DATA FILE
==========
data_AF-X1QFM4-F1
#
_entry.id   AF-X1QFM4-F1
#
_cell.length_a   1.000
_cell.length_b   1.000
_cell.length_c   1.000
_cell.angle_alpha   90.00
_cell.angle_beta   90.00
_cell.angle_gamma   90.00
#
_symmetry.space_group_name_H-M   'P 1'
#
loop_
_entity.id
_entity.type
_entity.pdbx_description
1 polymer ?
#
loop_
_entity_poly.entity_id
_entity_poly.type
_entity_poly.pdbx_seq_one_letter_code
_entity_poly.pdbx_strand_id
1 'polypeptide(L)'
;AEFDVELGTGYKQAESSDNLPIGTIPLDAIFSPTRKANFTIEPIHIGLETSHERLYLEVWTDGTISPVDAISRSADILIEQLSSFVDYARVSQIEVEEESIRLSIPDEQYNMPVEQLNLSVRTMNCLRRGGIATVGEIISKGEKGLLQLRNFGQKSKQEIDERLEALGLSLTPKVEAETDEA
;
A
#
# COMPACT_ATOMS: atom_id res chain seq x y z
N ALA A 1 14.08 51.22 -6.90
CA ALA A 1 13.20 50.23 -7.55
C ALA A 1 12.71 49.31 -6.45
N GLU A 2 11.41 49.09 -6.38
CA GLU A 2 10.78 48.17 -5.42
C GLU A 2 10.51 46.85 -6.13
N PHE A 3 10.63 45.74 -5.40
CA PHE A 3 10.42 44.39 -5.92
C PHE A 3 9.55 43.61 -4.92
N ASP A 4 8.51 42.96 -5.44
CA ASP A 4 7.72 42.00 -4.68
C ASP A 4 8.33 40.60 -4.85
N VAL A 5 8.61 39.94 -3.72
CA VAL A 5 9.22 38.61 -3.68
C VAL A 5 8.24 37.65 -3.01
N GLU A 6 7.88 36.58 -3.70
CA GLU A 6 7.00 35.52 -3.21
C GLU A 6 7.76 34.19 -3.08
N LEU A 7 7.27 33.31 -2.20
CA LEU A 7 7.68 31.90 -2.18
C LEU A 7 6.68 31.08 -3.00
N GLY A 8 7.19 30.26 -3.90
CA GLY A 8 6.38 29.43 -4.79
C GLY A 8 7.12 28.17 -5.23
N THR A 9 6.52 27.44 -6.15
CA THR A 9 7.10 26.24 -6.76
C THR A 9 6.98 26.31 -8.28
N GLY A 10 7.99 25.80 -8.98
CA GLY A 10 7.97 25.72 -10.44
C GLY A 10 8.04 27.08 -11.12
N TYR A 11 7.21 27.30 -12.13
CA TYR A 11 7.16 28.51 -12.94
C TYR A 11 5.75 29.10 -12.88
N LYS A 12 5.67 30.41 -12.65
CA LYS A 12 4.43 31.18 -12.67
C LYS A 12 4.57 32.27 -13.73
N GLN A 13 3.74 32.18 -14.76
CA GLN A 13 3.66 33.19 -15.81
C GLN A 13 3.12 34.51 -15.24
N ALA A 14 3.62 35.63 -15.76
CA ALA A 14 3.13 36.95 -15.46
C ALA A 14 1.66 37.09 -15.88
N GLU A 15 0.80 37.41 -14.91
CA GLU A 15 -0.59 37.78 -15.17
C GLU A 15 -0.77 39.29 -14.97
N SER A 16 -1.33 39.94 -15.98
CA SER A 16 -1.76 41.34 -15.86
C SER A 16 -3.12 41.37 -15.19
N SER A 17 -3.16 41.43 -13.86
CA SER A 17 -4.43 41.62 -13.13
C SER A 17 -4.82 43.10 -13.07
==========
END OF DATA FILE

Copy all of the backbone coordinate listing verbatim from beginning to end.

data_AF-X1QFM4-F1
#
_entry.id   AF-X1QFM4-F1
#
_cell.length_a   1.000
_cell.length_b   1.000
_cell.length_c   1.000
_cell.angle_alpha   90.00
_cell.angle_beta   90.00
_cell.angle_gamma   90.00
#
_symmetry.space_group_name_H-M   'P 1'
#
loop_
_entity.id
_entity.type
_entity.pdbx_description
1 polymer ?
#
loop_
_entity_poly.entity_id
_entity_poly.type
_entity_poly.pdbx_seq_one_letter_code
_entity_poly.pdbx_strand_id
1 'polypeptide(L)'
;AEFDVELGTGYKQAESSDNLPIGTIPLDAIFSPTRKANFTIEPIHIGLETSHERLYLEVWTDGTISPVDAISRSADILIEQLSSFVDYARVSQIEVEEESIRLSIPDEQYNMPVEQLNLSVRTMNCLRRGGIATVGEIISKGEKGLLQLRNFGQKSKQEIDERLEALGLSLTPKVEAETDEA
;
A
#
# COMPACT_ATOMS: atom_id res chain seq x y z
N ALA A 1 14.08 51.22 -6.90
CA ALA A 1 13.20 50.23 -7.55
C ALA A 1 12.71 49.31 -6.45
N GLU A 2 11.41 49.09 -6.38
CA GLU A 2 10.78 48.17 -5.42
C GLU A 2 10.51 46.85 -6.13
N PHE A 3 10.63 45.74 -5.40
CA PHE A 3 10.42 44.39 -5.92
C PHE A 3 9.55 43.61 -4.92
N ASP A 4 8.51 42.96 -5.44
CA ASP A 4 7.72 42.00 -4.68
C ASP A 4 8.33 40.60 -4.85
N VAL A 5 8.61 39.94 -3.72
CA VAL A 5 9.22 38.61 -3.68
C VAL A 5 8.24 37.65 -3.01
N GLU A 6 7.88 36.58 -3.70
CA GLU A 6 7.00 35.52 -3.21
C GLU A 6 7.76 34.19 -3.08
N LEU A 7 7.27 33.31 -2.20
CA LEU A 7 7.68 31.90 -2.18
C LEU A 7 6.68 31.08 -3.00
N GLY A 8 7.19 30.26 -3.90
CA GLY A 8 6.38 29.43 -4.79
C GLY A 8 7.12 28.17 -5.23
N THR A 9 6.52 27.44 -6.15
CA THR A 9 7.10 26.24 -6.76
C THR A 9 6.98 26.31 -8.28
N GLY A 10 7.99 25.80 -8.98
CA GLY A 10 7.97 25.72 -10.44
C GLY A 10 8.04 27.08 -11.12
N TYR A 11 7.21 27.30 -12.13
CA TYR A 11 7.16 28.51 -12.94
C TYR A 11 5.75 29.10 -12.88
N LYS A 12 5.67 30.41 -12.65
CA LYS A 12 4.43 31.18 -12.67
C LYS A 12 4.57 32.27 -13.73
N GLN A 13 3.74 32.18 -14.76
CA GLN A 13 3.66 33.19 -15.81
C GLN A 13 3.12 34.51 -15.24
N ALA A 14 3.62 35.63 -15.76
CA ALA A 14 3.13 36.95 -15.46
C ALA A 14 1.66 37.09 -15.88
N GLU A 15 0.80 37.41 -14.91
CA GLU A 15 -0.59 37.78 -15.17
C GLU A 15 -0.77 39.29 -14.97
N SER A 16 -1.33 39.94 -15.98
CA SER A 16 -1.76 41.34 -15.86
C SER A 16 -3.12 41.37 -15.19
N SER A 17 -3.16 41.43 -13.86
CA SER A 17 -4.43 41.62 -13.13
C SER A 17 -4.82 43.10 -13.07